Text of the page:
Watch out for the Linode 50 mbps Bandwidth Cap

Linode is great.  One of the things that is great about Linode is their private network.  When a Linode is allocated, you can choose to give your Linode a Private IP address in addition to the Public IP address that all Linodes receive.  Data packets routed through the Private IP address do not count against your billing quotas and get to use a very high capacity private network.

Linode

Linode caps the outbound bandwidth of each of your instances to 50 mbps, regardless of which network (public or private) your data is directed to.  This cap is in place to help customers manage their bandwidth quota in case some process goes awry.  But if you intend to process a lot of data through your Linode, this cap will get in the way.  If you run into it, your packets will simply get dropped and your TCP connections will behave badly.

Before this happens, you might want to take a look at your traffic graphs for high throughput Linodes.  Below is a traffic graph from a node that is exceeding its quota.  The clipping is dramatic in this picture.  In cases when the maximum rate is just barely over 50 mbps, the clipping effect in the graph will be more subtle, but the effect of losing packets will be just as bad.

Linode clipping outbound bandwidth at 50 mbps

Linode support will gladly raise the cap on your outbound traffic.  Just drop them a note and they will raise it.  Your node will enjoy increased bandwidth after a reboot.

Video Summarization is the Biggest Problem with Internet Cameras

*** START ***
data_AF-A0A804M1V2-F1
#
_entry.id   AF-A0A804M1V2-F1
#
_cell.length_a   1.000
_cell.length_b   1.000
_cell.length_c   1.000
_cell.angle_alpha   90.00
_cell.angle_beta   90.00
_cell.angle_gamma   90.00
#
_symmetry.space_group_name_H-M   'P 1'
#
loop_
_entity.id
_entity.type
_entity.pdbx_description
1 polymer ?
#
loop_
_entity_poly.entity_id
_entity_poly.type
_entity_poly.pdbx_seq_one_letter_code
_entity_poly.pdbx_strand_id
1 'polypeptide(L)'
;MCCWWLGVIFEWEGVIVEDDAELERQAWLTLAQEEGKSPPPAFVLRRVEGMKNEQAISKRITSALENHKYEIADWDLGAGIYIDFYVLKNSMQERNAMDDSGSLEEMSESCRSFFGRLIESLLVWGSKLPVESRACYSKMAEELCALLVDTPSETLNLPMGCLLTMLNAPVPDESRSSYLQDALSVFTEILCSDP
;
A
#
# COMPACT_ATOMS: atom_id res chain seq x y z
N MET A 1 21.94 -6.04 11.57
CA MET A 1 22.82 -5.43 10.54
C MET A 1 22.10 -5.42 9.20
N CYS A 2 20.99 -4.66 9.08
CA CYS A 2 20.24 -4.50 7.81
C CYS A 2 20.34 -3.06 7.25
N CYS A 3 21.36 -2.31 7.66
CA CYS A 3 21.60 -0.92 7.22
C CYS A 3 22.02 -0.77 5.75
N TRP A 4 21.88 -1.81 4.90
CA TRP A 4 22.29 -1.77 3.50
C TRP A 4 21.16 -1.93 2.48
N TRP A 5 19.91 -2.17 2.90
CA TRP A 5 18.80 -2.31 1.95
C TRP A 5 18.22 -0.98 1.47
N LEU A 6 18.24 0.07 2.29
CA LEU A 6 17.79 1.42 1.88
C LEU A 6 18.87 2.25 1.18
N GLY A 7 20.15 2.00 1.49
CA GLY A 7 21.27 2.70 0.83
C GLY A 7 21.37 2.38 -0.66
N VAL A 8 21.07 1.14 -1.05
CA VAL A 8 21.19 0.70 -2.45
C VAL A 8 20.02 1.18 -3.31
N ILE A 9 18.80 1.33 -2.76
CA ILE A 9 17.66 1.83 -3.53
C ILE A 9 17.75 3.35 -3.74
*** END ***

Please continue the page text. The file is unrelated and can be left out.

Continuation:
What happens when you record every frame emitted by an IP-camera? You end up with too much data to make sense of. I now have nearly unlimited data storage, but have little interest in reviewing everything stored. Watching recorded footage in real-time is too time-consuming to be enjoyable, or even reasonable. While playing it back at 2x or 4x speed might sound like a good idea, that’s still a lot of video to look at.

Please Summarize!

Most video editing software offers a “scrubbing” operation for rapidly finding a point in time. Scrubbing is the act of manually moving the transport control backwards and forwards through the images. If you’ve ever scrubbed looking for a single frame you remember seeing, you’ll have noticed that it’s sometimes hard to find the frame. Your monitor is displaying no more than 60 or 75 frames per second: if you scrub over a time period with a resulting rate faster than this, you are not seeing everything.

“Video summarization” is a field of study aimed at developing algorithms and methods to help abstract and identify interesting features in a segment of video to help direct viewer’s attention. Here is a great quote describing video summarization [ 1 ].

Video summarization methods attempt to abstract the main occurrences, scenes, or objects in a clip in order to provide an easily interpreted synopsis.

At Sensr.net, we consider video summarization to be an important part of our technology, recognizing that keeping a collection of all the frames your camera emits is just too much data to use. Our summarization techniques are straightfoward: we use motion-detection algorithms and save only those frames. We also offer a simple form of “hierarchical video-summarization.” When you look at a shot of all of the hours-of-the-day you are presented with the most important 24 frames of that day. Similarly, the days-of-the-month are summarized by the most important frame of each day.

Sensr.net has been hard at work laying the “pipes” for moving the frames emitted by internet cameras through our processors and into the cloud. You can expect to see more from us in the video summarization arena. Until then, take a look at this excellent slide presentation and think about what sorts of summarization you would like to see for your internet camera application.

[1] http://www.cs.utexas.edu/~grauman/courses/spring2008/slides/Video_Summarization.pdf